Red is similar to Cinderella in that his route is about equal parts romance and plot. Yurika has to work hard to win over Red, but she does so with such ferocity that I'm scared for the guy. I think he and Cinderella are good starters for this game, not just because they have the "vanilla" plots, but also because they're the most balanced.


Gretel is Yurika's adoptive brother. He's studious and works hard in school; he hopes to join Yurika at her college in the coming year. He's also a sweet/sugar addict and can't get enough of candy and cookies; he's a great baker because of it. Gretel does seem to have a mean streak, and can't help bullying his adoptive sister whenever he gets the chance. Since their parents don't live with them because of work, the pair have to mostly fend for themselves.

Oh boy, I hated Gretel's route. Not only is he the resident yandere -- a trope I cannot stand -- he's also a pseudoincest route. Even if they're only adoptive siblings, it grosses me out that they're capable of seeing each other that way. Gretel was adopted as an older child so they didn't TECHNICALLY grow up together, but it still freaks me out. You also open up to Yurika being locked in a small cottage with a massive birdcage in the middle. Yippee. A cage yandere, how original. I didn't find any parts of his route redeeming, other than I thought we got a very interesting piece of background information on Yurika that I did enjoy.

Gretel -- in my opinion -- leans much more plot-heavy than romance-focused, but I guess if you're a yandere enjoyer, then maybe he'll feel more romantic to you. I just don't jive with the whole "keeping you locked away from everyone" thing, so it doesn't feel romantic at all to me. As I said, you get a very interesting lore bit on Yurika in his route, so it wasn't a complete bust...I guess.


Kaguya is a friendly, easygoing guy who always has a smile on his face. He's very handsome and has no trouble picking up women, to the point that he seems to be dating multiple women at once. He has weird manners and a strange way of speaking -- this is them localizing a Kansai-ben accent into a bastardization of a Cockney British accent. After getting publicly broken up with at the café Yurika works with, he starts going out with her -- just because. Yurika begs Cinderella -- the café owner -- to let Kaguya work for him, which is unhappily agrees to. He thinks the guy is a freak, and his opinion of him only gets worse when it becomes clear that he has some sort of memory loss problem, which is what's leading to all his seemingly poor life choices.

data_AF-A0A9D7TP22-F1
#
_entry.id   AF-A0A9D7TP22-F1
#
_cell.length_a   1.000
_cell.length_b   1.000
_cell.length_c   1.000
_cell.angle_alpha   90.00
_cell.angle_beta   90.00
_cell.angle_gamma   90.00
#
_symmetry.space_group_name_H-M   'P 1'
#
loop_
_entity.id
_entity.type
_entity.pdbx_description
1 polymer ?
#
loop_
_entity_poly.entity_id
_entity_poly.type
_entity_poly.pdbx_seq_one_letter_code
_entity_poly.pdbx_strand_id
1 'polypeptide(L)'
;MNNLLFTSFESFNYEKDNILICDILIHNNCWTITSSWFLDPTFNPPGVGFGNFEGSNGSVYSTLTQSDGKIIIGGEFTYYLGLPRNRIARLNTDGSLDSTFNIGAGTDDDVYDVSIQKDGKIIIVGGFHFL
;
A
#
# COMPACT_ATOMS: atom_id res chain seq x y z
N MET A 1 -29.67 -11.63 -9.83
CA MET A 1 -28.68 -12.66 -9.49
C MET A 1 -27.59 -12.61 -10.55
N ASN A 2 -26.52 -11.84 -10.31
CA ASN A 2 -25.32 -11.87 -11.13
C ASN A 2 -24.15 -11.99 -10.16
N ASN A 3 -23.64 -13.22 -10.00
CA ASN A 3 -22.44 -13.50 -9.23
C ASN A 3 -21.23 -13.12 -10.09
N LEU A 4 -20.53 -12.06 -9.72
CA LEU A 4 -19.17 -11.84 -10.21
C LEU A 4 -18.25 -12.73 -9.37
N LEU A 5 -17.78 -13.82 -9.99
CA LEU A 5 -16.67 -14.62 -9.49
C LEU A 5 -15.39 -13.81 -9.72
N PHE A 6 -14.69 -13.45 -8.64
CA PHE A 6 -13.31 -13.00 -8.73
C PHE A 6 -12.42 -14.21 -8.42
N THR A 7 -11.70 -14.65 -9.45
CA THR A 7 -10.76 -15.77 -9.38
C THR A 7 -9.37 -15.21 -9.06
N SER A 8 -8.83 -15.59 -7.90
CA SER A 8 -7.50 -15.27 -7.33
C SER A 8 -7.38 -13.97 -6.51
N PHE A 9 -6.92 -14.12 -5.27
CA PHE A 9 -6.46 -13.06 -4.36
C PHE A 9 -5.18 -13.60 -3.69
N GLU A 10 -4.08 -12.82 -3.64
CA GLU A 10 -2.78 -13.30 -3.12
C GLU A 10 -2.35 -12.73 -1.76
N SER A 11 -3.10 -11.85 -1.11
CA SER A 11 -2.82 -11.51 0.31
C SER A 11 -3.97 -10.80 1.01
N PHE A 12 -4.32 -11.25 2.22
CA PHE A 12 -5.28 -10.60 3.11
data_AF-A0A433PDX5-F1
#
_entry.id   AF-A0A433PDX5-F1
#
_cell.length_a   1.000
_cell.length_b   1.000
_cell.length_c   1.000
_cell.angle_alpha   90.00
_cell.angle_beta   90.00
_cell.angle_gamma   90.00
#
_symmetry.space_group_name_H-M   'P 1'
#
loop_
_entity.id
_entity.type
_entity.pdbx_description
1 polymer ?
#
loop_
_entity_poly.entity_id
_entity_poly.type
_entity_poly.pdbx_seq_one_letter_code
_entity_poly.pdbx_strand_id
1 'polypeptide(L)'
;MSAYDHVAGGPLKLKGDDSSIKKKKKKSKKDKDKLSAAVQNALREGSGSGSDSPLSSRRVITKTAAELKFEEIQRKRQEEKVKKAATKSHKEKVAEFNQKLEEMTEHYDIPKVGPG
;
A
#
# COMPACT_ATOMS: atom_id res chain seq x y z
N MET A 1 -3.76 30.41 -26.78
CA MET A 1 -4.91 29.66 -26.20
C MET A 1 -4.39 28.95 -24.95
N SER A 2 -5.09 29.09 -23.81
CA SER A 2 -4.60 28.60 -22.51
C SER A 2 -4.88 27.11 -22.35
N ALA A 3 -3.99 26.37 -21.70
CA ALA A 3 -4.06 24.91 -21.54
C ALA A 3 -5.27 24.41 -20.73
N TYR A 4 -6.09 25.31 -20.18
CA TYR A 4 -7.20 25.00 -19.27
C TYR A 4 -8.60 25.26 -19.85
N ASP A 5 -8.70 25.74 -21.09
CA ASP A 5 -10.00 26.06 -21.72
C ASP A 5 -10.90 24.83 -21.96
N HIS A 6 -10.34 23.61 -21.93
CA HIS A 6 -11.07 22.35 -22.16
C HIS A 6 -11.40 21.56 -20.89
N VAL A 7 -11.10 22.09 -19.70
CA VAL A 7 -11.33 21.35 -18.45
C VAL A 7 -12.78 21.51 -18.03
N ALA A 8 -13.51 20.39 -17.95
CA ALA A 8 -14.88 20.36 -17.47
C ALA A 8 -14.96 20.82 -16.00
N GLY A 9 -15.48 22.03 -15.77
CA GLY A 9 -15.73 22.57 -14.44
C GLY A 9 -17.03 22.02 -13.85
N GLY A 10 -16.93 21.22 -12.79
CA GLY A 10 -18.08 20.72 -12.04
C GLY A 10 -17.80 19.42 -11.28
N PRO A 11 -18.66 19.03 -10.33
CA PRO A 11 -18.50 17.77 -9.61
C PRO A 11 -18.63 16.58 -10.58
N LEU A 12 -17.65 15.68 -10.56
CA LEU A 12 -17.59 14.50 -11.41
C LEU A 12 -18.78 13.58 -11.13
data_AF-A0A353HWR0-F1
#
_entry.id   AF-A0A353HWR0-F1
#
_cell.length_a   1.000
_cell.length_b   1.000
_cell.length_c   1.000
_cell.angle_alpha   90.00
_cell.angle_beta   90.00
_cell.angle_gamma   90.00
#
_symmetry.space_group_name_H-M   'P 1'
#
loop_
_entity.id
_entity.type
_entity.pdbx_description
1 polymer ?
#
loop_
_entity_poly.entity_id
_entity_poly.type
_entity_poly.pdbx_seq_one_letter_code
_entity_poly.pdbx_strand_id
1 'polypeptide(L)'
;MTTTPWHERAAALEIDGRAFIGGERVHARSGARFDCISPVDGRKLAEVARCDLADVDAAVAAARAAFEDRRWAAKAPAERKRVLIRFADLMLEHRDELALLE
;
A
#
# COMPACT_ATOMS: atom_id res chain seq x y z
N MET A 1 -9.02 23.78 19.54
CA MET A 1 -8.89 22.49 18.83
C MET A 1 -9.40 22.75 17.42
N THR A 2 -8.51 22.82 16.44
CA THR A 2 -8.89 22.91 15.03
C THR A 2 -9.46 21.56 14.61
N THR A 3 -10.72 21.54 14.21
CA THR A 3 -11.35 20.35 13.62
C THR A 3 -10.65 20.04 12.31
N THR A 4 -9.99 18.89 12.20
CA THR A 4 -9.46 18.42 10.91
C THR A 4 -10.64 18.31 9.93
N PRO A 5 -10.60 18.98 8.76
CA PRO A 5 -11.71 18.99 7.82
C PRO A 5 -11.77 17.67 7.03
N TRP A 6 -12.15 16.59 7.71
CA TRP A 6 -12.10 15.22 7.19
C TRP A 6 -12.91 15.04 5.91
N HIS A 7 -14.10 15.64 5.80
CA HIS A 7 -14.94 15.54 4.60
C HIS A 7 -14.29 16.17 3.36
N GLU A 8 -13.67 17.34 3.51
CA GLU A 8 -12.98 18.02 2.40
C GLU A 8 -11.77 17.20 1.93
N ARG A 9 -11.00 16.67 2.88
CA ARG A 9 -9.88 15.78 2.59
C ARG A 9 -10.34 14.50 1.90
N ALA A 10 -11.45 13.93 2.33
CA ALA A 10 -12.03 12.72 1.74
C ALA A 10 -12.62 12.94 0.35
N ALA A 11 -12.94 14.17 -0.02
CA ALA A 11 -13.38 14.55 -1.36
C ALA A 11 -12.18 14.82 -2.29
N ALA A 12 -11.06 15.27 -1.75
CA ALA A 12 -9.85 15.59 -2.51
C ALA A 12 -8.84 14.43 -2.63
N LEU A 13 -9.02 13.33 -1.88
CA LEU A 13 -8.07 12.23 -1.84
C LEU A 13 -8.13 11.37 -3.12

II enjoyed Kaguya's route, but I really couldn't tell you how much of that was just because Cinderella was back and I got to see him again. Kaguya starts out feeling a lot lower stakes than Gretel's route, but the very last portion of his route suddenly throws you against a wall with triggering topics and an insane tonal shift. I will spoil this trigger as -- even though it's a spoiler -- it's not world-ending to know it before playing. Kaguya's route deals with suicide and suicidal ideation, so if that's something that will mess with your mental homeostasis, then you'll want to skip through his route if you want to continue.

Kaguya's route is decently romantic. Yurika and Kaguya ended up immediately dating, so it sped up the process quite a bit. They have a lot of cute moments together in the first 3/4ths of his route. The ending on his route becomes a complete plot dump, but the conclusion is...romantic, I guess. If you're into self-sacrifice. I didn't think it was the worst ending I've seen by any means, but I will say that I don't think it's how I would personally handle trying to stop a suicidal person from hurting themselves.

Snow White

Snow White is a stoic and silent type with a somewhat icy exterior. His demeanor and face are princely, and he lives in a large mansion hidden away in the forest. Yurika becomes obsessed with Snow White -- he's HER prince, after all -- and wants to break through his cool personality. She meets his mother by chance, which does NOT make him happy at all. He wants to keep his life in the mansion separate from the time he spends down at the lake with Yurika. Curiously, he doesn't seem to ever eat.

Snow White's route was a trip. His route is the one where you go WAIT...and if you haven't already began to piece together the greater story, it starts falling into place with him. I thought his story was very engaging; I was on the edge of my seat once the plot started to unravel. It's also definitely the most trippy out of all the routes, and it was the route that made me go "Is any of this real?" While he's not my favorite LI (Cinderella will always hold that title in the TaiAli world) he's my favorite route, aside from the Epilogue.